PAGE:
Rules established by the Pediatric Emergency Care Applied Research Network (PECARN) validate the use of CT scans for high-risk cases, those occurring from certain falls, being struck by an object or getting injured in a vehicle accident when not wearing a safety helmet. PECARN also identifies low-risk cases when a child can be sent home without a CT scan.
"CT scanning is a very powerful tool for ERs, but we have to be wiser as to which patient needs the neuro-imaging," said Nigrovic, who is also assistant professor of pediatrics at Harvard Medical School in Boston.
In the study, researchers found 5,433 children were observed before a decision on CT use was made, and 3,744 (69 percent) were discharged without a scan. Of these, 26 returned for scans, which detected trauma in four children, but only one significant brain injury.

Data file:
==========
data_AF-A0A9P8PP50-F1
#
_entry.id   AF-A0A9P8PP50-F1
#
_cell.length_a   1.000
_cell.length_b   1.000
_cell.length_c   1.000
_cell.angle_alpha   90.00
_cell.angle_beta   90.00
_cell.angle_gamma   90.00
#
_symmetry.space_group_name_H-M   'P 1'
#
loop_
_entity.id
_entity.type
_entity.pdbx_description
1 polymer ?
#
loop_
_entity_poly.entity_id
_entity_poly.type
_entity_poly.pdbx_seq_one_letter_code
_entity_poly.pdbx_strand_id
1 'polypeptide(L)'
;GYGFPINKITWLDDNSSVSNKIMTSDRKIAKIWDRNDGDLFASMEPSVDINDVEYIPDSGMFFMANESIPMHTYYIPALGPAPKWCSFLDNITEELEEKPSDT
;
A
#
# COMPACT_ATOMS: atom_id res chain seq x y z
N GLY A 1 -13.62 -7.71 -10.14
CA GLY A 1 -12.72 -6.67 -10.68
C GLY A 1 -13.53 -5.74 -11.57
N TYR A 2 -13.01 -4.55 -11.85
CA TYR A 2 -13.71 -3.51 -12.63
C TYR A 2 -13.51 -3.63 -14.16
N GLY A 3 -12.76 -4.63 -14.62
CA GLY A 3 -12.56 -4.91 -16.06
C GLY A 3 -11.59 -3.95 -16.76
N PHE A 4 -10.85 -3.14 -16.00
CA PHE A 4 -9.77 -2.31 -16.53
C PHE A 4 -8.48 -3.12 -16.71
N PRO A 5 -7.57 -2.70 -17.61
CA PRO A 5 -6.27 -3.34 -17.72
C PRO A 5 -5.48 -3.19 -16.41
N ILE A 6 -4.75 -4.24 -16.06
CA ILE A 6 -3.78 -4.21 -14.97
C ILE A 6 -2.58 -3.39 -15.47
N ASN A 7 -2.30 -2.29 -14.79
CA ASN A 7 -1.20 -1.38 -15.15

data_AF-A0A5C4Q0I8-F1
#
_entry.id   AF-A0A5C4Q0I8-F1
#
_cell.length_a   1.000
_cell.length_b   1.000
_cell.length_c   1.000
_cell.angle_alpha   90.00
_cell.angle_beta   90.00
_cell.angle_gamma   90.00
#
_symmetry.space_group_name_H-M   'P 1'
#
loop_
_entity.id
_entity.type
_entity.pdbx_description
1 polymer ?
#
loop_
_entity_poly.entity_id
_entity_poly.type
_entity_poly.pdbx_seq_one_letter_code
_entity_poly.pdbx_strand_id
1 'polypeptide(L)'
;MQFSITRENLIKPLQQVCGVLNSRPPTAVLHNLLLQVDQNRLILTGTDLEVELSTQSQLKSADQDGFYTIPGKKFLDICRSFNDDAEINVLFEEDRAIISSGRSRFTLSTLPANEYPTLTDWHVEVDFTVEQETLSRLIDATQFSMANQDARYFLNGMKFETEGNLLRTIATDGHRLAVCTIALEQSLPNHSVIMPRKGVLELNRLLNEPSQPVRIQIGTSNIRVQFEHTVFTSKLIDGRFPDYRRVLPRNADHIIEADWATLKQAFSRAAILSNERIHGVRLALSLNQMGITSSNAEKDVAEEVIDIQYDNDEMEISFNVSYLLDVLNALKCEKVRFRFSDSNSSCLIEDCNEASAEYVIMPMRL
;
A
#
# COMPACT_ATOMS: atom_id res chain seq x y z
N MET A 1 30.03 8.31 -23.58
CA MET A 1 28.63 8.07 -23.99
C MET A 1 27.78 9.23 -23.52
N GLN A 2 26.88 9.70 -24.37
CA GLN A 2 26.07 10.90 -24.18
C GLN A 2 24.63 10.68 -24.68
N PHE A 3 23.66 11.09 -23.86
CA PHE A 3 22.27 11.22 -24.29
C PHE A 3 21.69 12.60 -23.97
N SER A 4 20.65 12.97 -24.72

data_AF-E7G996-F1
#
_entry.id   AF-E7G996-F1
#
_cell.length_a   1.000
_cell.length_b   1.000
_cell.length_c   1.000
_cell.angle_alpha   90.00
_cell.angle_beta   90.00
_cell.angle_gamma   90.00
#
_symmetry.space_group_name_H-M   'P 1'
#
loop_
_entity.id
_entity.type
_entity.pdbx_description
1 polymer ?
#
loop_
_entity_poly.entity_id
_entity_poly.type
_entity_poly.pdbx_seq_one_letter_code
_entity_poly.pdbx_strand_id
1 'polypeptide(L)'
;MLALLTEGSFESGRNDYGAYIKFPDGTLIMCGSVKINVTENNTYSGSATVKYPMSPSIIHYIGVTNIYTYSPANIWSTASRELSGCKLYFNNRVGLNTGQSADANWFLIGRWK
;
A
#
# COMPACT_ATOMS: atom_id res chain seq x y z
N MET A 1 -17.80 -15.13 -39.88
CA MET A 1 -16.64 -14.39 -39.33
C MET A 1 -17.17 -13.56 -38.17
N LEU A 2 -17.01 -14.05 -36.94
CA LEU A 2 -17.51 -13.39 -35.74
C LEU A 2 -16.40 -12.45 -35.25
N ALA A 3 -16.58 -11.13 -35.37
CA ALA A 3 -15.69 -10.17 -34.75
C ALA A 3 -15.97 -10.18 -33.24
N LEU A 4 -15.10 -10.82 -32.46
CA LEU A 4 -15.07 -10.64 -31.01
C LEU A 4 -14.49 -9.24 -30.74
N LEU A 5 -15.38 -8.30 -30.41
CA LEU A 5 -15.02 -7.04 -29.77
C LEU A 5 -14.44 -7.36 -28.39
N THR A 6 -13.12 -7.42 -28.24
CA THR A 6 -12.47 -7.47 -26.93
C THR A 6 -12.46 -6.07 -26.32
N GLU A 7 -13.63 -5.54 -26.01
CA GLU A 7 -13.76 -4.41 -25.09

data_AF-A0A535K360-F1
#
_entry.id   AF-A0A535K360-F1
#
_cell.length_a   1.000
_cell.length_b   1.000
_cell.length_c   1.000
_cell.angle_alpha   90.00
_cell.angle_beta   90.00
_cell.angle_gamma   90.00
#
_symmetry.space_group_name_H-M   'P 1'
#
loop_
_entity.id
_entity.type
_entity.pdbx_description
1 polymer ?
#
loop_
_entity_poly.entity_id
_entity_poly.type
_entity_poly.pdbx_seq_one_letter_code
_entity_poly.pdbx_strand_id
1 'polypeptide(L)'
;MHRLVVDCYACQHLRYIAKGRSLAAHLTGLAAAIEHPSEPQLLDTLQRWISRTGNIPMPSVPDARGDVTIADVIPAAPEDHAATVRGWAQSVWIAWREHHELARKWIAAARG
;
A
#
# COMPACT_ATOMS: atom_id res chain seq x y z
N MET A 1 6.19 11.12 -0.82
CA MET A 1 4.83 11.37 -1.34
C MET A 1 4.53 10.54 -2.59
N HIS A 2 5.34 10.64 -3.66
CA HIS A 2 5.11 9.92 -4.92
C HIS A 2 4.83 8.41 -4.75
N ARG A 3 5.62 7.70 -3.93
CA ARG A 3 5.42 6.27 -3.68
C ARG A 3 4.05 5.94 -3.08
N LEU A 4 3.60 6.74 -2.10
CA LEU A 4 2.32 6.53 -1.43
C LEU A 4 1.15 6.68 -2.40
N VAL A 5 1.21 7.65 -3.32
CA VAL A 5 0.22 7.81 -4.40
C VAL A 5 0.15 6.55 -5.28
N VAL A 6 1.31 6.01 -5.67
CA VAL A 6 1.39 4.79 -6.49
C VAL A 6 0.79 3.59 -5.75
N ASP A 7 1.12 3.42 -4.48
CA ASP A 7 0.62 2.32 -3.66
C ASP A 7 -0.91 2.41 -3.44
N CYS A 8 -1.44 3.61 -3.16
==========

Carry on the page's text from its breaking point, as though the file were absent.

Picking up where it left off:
Of the 34,680 children in a no-observation group, 22,532 (65 percent) were discharged from the ER without a CT, and 81 later returned for a scan. Of these, three had traumatic findings, none significant.
The CT use rate was 31.1 percent in children who were observed, compared to 35 percent for those who were not observed before a decision on CT use was made. Both groups had similar trauma rates, the authors noted.
Dr. Wally Ghurabi, medical director of the emergency department at Santa Monica-UCLA Medical Center and Orthopedic Hospital, said the use of CT scans for children often depends on where the ER is located and the expectations of the parents and local pediatrician.
"This has been a very hot topic for the last two to three years," said Ghurabi, whose ER has a protocol on CT scans for children. Under the program, a child who is not high-risk receives a physical exam, a non-narcotic painkiller, is made comfortable and is checked regularly by a staff nurse, after which a reevaluation is made.
"There's no question that a six-hour observation period is an e
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